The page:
In the many years I have worked with linguistically, culturally, and socioeconomically diverse children, I have learned that sharing high-quality children’s literature is important, but it is not enough.

Engaging in discussions about teaching, learning, and curriculum, and carrying out action-research projects, led me to examine what I was teaching and what materials I was using.

It did not take long for me to realize that my Latinx students’ culture, language, and life experiences were completely missing from the school-provided curriculum, which fueled my interest in using Latinx children’s literature to enhance it.

In my book, Celebrating Our Cuentos: Choosing and Using Latinx Literature in Elementary Classrooms, I provide teachers, administrators, preservice educators, and anyone working with children and families with a resource that builds understanding of what Latinx literature is, why it is important, and how to use it as a teaching partner. Most of all, my book provides esperanza (hope) to the multitude of Latinx children in our classrooms and to the teachers who are helping them to be successful and grow as confident, capable, multilingual readers and writers.

When considering Latinx children’s literature, make sure it accurately and sensitively represents the culture to avoid propagating stereotypes and a singular narrative about Latinx people. After all, one story can’t tell the whole story of any culture because culture is ever-changing and dynamic.

Be very suspicious of any book that claims to tell the story of a particular culture, because every culture has many stories. Themes and topics may recur within and among stories, but there is no one story.

Here are six points to consider to when selecting Latinx literature for your classroom.

1. Representation of culture: There are many Latinx cultures and types of Latinx people. Does the book depict just one?

2. Use of Spanish language:

  • Does the author respect Spanish language?
  • Does the book contain fake or mock Spanish, such as words ending in the letter o to suggest Spanish?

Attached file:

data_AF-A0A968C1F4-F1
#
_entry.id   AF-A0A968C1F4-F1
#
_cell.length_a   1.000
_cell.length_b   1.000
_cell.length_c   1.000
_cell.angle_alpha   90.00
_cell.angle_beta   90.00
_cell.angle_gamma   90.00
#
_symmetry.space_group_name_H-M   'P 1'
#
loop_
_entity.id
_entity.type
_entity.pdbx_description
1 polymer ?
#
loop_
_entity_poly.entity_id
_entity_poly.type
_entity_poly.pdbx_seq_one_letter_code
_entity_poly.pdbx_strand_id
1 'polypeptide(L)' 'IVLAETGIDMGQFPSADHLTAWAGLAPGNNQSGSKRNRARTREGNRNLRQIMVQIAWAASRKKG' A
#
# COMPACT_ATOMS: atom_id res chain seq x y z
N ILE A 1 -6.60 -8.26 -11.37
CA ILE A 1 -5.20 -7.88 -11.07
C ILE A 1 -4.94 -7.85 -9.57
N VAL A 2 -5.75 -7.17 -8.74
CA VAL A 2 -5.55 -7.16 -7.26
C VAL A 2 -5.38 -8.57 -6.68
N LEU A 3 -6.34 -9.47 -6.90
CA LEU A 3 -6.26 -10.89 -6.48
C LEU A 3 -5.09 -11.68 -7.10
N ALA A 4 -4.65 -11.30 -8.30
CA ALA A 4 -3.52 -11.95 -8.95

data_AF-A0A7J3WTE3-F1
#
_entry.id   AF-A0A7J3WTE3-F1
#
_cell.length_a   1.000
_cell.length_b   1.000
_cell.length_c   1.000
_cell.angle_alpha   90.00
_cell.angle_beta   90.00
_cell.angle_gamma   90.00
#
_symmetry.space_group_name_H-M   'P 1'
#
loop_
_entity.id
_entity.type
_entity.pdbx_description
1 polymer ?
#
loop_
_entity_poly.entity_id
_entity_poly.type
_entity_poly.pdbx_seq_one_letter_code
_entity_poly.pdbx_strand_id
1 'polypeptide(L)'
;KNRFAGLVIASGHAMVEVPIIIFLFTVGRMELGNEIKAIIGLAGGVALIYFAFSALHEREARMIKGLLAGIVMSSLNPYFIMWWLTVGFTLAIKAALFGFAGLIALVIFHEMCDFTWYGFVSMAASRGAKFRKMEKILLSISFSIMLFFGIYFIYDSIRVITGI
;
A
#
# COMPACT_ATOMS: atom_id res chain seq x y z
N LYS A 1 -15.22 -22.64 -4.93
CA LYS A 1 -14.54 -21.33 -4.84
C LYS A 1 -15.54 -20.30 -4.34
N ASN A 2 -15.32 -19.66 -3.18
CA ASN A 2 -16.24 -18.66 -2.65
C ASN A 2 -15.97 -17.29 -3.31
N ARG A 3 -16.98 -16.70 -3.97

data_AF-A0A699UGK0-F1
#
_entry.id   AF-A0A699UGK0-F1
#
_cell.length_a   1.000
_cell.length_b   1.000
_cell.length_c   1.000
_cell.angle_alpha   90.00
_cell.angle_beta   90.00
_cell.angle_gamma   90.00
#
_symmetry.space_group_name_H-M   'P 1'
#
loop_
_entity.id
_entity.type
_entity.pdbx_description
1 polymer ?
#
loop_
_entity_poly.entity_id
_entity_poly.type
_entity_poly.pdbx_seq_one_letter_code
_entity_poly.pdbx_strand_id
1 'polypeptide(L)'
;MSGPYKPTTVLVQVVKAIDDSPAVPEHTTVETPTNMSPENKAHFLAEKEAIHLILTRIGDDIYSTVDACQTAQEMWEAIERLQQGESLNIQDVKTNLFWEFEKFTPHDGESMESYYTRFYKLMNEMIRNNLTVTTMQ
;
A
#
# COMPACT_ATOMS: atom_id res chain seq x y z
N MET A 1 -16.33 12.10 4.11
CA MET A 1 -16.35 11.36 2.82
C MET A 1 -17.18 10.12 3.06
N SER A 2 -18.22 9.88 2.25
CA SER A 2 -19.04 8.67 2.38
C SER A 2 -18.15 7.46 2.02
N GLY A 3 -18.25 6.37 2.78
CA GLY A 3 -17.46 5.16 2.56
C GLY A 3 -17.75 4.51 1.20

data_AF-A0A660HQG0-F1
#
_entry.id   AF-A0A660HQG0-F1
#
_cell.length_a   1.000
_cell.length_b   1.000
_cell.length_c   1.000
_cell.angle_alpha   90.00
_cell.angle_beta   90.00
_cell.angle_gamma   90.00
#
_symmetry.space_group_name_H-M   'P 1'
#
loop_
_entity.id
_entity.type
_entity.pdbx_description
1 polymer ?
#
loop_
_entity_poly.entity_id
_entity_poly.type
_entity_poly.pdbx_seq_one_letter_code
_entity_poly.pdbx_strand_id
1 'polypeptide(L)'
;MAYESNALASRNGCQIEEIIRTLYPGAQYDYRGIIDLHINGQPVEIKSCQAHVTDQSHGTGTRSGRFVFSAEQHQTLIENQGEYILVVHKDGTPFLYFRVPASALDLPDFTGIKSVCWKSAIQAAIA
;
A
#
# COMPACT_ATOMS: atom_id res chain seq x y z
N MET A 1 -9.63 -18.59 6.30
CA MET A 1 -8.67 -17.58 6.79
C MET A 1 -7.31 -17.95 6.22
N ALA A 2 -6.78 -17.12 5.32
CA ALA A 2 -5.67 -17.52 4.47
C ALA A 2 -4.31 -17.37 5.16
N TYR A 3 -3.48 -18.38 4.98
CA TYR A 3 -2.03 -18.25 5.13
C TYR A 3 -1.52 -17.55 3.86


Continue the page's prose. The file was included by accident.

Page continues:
• Does the book contain consistent and correct use of written and conversational Spanish?
  • Does Spanish dialogue flow naturally, and is it free of errors and cliches?

3. Characters that are multidimensional:

  • Are the Latinx characters unnecessarily loud or boisterous?
  • Are they working only in stereotypical roles, such as housekeepers, construction workers, or waiters?
  • Are any depicted as professionals?
  • Are they presented as subservient or passive?

4. Knowledge of English:

  • Do the characters know English, or not?
  • When a character is learning English, are the people around him or her helpful and kind, or do they mock his or her attempts at the language?

5. Education level of adults:

  • Have the adult characters been formally schooled?
  • Are they portrayed as simpleminded or ignorant?

6. Storyline:

  • Are books with Latinx characters only about immigration?
  • Are the characters fleeing something? Are they running away? Being chased?

Latinx children’s literature is a powerful tool to help both Latinx and non-Latinx students succeed in learning and life. It also helps to build community in the classroom and the school. When students are exposed to multicultural literature, they are less likely to find themselves feeling invisible and, instead, find themselves feeling important and celebrated. When you use literature that transcends biases and stereotypes, all students develop a sense of respect and understanding for one another.

To learn more about enhancing your curriculum with Latinx literature, you can purchase my book below.

About the author: 

Julia López-Robertson is a Professor of Instruction and Teacher Education at the University of South Carolina. Her scholarly interests are built on a commitment to children, families, and teachers to advance understandings of bilingual/multilingual students. Her work has been published in Language Arts and The Bilingual Research Journal, among other journals.